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Ch 22 Mini Case 3/27/2003 Chapter 22. Mini Case for Other Topics in Working Capital Management a. Why is inventory management vital to the health of most firms? b. What assumptions underlie the EOQ Model? The standard form of the EOQ model requires the following assumptions: · All values are known with certainty and constant over time. · Inventory usage is uniform over time. For example, a retailer would sell the same number of units each day. · All carrying costs are variable, so carrying costs change proportionally with changes in inventory levels TIC = total carrying costs + total ordering costs = CP(Q/2) + F(S/Q) C = annual carrying cost as a percentage of inventory value. P = purchase price per unit. Q = number of units in each order. F = fixed costs per order. S = annual usage in units. Solving for Q gives us: d. What is the EOQ for custom microchips? What are total inventory costs if the EOQ is ordered? TIC = CP(Q/2) + F(S/Q) = 0.2($200)(500/2) + $1,000(5,000/500) Andria Mullins, financial manager of Webster Eelectronics, has been asked by the firm's CEO, Fred Weygandt, to evaluate the company's inventory control techniques and to lead a discussion of the subject with the senior executives. Andria plans to use as an example one of Webster's "big ticket" items, a customized computer microchip which the firm uses in its laptop computer. Each chip costs Webster $200, and in addition it must pay its supplier a $1,000 setup fee on each order. Further, the minimum order size is 250 units; Webster's annual usage forecast is 5,000 units; and the annual carrying cost of this item is estimated to be 20 percent of the average inventory value. Andria plans to begin her session with the senior executives by reviewing some basic inventory concepts, after which she will apply the EOQ model to Webster's microchip inventory. As her assistant, you have been asked to help her by answering the following questions: Inventory management is critical to the financial success of most firms. If insufficient inventories are carried, a firm will lose sales. Conversely, if excess inventories are carried, a firm will incur higher costs than necessary. Worst of all, if a firm carries large inventories, but of the wrong items, it will incur high costs and still lose sales. inventory, regardless of the number of units ordered.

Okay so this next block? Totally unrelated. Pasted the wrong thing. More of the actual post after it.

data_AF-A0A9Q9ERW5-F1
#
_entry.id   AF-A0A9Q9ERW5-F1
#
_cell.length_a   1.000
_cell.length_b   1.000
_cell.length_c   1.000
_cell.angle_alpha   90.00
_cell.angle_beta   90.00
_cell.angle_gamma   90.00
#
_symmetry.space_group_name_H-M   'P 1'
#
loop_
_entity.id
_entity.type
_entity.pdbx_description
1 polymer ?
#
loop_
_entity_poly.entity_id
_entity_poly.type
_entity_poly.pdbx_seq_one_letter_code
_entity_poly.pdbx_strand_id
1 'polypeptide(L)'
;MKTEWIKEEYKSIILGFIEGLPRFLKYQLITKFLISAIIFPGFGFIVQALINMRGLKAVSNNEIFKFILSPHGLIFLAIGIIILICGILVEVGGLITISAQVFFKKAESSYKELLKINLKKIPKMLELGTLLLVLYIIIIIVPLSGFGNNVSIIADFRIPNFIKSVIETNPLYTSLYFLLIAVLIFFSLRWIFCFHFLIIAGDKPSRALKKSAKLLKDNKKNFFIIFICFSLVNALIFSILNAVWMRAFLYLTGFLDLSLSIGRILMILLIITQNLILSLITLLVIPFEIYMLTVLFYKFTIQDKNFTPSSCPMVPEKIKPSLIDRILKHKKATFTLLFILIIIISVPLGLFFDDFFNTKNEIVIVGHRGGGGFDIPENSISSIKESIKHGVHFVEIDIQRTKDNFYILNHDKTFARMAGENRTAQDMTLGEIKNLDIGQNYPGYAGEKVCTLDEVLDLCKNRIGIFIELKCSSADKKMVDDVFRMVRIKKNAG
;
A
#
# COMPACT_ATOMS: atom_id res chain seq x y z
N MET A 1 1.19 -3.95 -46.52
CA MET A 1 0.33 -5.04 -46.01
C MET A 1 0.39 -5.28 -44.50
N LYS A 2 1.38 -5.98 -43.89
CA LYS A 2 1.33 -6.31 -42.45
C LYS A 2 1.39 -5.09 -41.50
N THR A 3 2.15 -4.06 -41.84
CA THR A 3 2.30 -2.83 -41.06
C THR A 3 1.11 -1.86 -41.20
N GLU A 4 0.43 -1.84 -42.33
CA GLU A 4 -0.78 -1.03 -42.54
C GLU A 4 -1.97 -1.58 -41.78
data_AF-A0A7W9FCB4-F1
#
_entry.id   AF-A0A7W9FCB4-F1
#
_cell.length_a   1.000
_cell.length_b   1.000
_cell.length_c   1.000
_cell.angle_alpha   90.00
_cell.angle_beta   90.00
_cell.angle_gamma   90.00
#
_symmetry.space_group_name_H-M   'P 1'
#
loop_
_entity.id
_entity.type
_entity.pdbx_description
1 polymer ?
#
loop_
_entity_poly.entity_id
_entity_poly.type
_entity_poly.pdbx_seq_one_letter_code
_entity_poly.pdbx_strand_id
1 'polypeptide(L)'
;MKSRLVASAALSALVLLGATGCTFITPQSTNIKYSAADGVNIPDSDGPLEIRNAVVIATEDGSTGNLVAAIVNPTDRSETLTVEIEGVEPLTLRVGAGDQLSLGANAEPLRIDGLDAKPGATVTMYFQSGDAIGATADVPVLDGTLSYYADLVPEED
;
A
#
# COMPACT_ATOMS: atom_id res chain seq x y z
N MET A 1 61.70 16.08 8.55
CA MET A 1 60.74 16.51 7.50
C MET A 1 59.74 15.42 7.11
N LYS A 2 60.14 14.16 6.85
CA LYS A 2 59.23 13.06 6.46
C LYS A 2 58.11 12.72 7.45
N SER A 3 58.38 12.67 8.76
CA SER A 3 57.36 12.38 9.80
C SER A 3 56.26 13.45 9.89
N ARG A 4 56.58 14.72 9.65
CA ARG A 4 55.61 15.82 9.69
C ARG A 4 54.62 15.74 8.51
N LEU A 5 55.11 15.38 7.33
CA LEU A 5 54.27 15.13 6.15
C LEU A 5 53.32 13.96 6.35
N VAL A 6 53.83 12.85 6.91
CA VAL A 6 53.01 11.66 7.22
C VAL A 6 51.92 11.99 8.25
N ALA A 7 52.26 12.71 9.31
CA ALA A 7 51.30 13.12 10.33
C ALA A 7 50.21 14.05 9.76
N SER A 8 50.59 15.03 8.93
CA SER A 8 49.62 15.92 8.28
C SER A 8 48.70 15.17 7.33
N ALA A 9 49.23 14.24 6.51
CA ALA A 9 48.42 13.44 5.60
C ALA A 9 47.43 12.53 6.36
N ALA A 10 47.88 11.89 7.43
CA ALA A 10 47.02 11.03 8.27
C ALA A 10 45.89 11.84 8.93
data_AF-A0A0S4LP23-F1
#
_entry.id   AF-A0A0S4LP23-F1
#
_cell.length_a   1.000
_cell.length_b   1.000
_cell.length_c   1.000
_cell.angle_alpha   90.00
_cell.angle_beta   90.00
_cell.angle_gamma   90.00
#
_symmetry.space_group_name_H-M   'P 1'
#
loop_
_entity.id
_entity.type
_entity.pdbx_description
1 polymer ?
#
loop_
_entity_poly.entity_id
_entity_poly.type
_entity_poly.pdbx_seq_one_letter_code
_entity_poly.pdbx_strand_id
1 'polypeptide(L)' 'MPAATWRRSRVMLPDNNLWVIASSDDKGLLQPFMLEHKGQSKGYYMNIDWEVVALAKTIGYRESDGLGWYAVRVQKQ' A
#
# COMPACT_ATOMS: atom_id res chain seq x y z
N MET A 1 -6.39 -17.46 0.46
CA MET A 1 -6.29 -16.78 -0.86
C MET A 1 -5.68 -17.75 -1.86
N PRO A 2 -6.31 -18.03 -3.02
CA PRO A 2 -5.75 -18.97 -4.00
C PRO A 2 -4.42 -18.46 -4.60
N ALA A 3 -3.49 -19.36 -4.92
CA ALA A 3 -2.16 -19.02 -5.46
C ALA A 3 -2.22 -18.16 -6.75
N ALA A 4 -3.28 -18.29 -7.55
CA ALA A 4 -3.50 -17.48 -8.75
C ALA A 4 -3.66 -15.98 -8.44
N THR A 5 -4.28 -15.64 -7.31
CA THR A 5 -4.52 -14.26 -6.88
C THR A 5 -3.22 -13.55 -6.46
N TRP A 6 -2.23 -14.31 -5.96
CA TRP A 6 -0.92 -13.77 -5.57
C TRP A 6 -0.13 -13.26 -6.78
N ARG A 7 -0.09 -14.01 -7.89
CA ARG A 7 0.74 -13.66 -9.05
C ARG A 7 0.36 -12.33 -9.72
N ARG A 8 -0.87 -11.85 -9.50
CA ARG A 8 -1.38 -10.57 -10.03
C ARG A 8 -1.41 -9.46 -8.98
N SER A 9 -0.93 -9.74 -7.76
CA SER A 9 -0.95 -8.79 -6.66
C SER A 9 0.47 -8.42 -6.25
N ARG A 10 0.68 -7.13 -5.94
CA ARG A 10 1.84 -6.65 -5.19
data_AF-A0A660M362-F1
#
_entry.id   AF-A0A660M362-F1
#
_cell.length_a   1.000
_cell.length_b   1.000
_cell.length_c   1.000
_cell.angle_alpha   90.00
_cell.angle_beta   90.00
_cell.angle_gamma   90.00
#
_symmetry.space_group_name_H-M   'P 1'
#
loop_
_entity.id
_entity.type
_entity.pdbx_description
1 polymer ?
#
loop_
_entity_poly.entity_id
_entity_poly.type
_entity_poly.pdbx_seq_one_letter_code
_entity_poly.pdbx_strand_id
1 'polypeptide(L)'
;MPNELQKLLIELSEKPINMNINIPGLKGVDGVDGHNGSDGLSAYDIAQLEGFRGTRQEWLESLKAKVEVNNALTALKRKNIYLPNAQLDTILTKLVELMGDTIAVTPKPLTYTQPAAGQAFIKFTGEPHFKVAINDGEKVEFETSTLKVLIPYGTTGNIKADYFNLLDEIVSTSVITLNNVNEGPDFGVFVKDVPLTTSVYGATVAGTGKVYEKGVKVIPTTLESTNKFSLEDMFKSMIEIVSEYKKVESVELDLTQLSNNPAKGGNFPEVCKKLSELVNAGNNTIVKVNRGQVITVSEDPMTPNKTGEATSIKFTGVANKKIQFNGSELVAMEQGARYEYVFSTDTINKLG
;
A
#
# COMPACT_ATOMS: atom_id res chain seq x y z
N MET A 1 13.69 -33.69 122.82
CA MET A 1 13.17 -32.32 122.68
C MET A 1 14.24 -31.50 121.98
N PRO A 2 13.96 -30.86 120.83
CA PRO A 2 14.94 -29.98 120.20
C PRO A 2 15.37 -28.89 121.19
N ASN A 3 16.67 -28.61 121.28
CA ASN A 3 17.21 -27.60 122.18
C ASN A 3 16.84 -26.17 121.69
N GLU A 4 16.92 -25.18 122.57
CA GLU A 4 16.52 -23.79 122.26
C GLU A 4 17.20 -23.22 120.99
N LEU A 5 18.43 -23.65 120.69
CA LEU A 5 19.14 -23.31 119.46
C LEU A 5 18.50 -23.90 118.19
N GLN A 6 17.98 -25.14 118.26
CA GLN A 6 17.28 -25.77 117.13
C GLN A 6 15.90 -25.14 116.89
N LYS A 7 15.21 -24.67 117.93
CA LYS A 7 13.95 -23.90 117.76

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This note was uploaded on 11/16/2009 for the course F 3033 taught by Professor Hh during the Spring '09 term at Maastricht.

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